• Developing animals have increased dietary requirements to ensure normal growth. Controlled diet, or other procedures causing weight loss, in growing animals may prevent normal growth while not resulting in an overall weight loss. Weight loss in excess of 10% in growing animals indicates a more severe stress than a comparable weight loss in an adult animal and should be brought to the attention of the veterinary staff.

The US Department of Agriculture (USDA) and Public Health Service (PHS) policies require proper documentation of animal care and use to assess compliance with research protocols and clinical care procedures. All records must be available for review at any time by IACUC and external regulatory officials. See the UNC IACUC Standard on Animal Monitoring and Record Keeping.

References

1 National Research Council (US) Committee for the Update of the Guide for the Care and Use of Laboratory Animals, Guide for the Care and Use of Laboratory Animals, 8th ed. (Washington, DC: National Academies Press, 2011).

2 National Institutes of Health, Office of Animal Care and Use, "Guidelines for Diet Control in Laboratory Animals."

3 Charmaine J Foltz and Mollie Ullman-Cullere, "Guidelines for Assessing the Health and Condition of Mice," Lab Animal 28, no.4 (April 1999): 28-32.

4 Mollie Ullman-Cullere and Charmaine J Foltz, "Body Condition Scoring: A Rapid and Accurate Method for Assessing Health Status in Mice," Laboratory Animal Science 49, no. 3, (June 1999): 319-323.

5 National Institutes of Health, Office of Animal Care and Use, "Guidelines for Endpoints in Animal Study Proposals."

Exceptions

Requests for exceptions to this Standard must be reviewed and approved by the IACUC. If your experimental procedure requires a significant deviation to this Standard, please amend your application(s) to include Addendum 8.0 Request for Exception to Policy.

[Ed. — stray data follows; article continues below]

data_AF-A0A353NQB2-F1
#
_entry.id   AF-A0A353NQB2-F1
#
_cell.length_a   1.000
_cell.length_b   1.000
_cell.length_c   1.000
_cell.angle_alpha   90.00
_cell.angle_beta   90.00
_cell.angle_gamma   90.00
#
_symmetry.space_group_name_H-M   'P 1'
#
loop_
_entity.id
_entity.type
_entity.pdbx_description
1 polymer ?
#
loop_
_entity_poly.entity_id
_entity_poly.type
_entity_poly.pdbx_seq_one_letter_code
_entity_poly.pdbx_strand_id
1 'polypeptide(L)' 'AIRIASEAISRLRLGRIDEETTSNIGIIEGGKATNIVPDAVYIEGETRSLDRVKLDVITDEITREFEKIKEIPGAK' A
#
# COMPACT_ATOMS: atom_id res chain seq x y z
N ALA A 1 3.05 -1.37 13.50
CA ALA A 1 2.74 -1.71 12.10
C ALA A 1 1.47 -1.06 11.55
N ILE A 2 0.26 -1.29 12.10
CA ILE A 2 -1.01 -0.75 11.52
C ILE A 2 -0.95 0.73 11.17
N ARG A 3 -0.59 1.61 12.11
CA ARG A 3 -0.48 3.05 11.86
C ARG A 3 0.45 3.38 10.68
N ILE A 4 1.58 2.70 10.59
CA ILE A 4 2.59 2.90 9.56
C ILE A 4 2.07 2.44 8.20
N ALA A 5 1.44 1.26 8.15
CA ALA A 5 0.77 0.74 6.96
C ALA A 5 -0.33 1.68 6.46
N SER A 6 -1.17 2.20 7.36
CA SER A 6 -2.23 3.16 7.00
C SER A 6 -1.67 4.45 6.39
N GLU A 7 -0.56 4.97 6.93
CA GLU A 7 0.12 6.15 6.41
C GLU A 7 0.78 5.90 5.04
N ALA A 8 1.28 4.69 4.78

You must indicate the following:

  1. a description of the exception;
  2. the rationale (provide scientific justification and/or justification based on animal welfare);
  3. the potential adverse effects/clinical signs resulting from the exception; and
  4. specify which (and the total number of) animals in the approved protocol that will be affected.

The IACUC will review your request at the next monthly meeting.

Definitions

IACUC: Institutional Animal Care and Use Committee

DCM: Division of Comparative Medicine

University Standard: The minimum acceptable limits or rules used to achieve Policy implementation, enforceable by the IACUC.

Body Condition Score (BCS): An assessment of an animal’s weight and its relative proportions of muscle and fat.

Related Requirements

External Regulations and Consequences

University Policies, Standards, and Procedures

Contact Information

Contact Information Table
Subject Contact Telephone Email
Animal Health Questions DCM Veterinary Services 919-843-3407
Protocol Questions Office of Animal Care and Use 919-966-5569 iacuc@med.unc.edu

Important Dates

  • Effective Date and title of Approver: 01/16/2003; UNC IACUC
  • Revision and Review Dates, Change notes, title of Reviewer or Approver: Revised 02/27/04, Revised 09/09/2011, Revised 04/2014, Placed on University Standard and links updated 09/2018; UNC IACUC

Approved by: UNC IACUC

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Details

Article ID: 132216
Created
Thu 4/8/21 9:26 PM
Modified
Tue 7/20/21 10:42 PM
Effective Date
If the date on which this document became/becomes enforceable differs from the Origination or Last Revision, this attribute reflects the date on which it is/was enforcable.
10/21/2020 12:00 AM
Issuing Officer
Name of the document Issuing Officer. This is the individual whose organizational authority covers the policy scope and who is primarily responsible for the policy.
Issuing Officer Title
Title of the person who is primarily responsible for issuing this policy.
Vice Chancellor for Research
Last Review
Date on which the most recent document review was completed.
10/21/2020 12:00 AM
Last Revised
Date on which the most recent changes to this document were approved.
10/21/2020 12:00 AM
Origination
Date on which the original version of this document was first made official.
10/24/2019 12:00 AM
Responsible Unit
School, Department, or other organizational unit issuing this document.
Research-Institutional Animal Care & Use Committee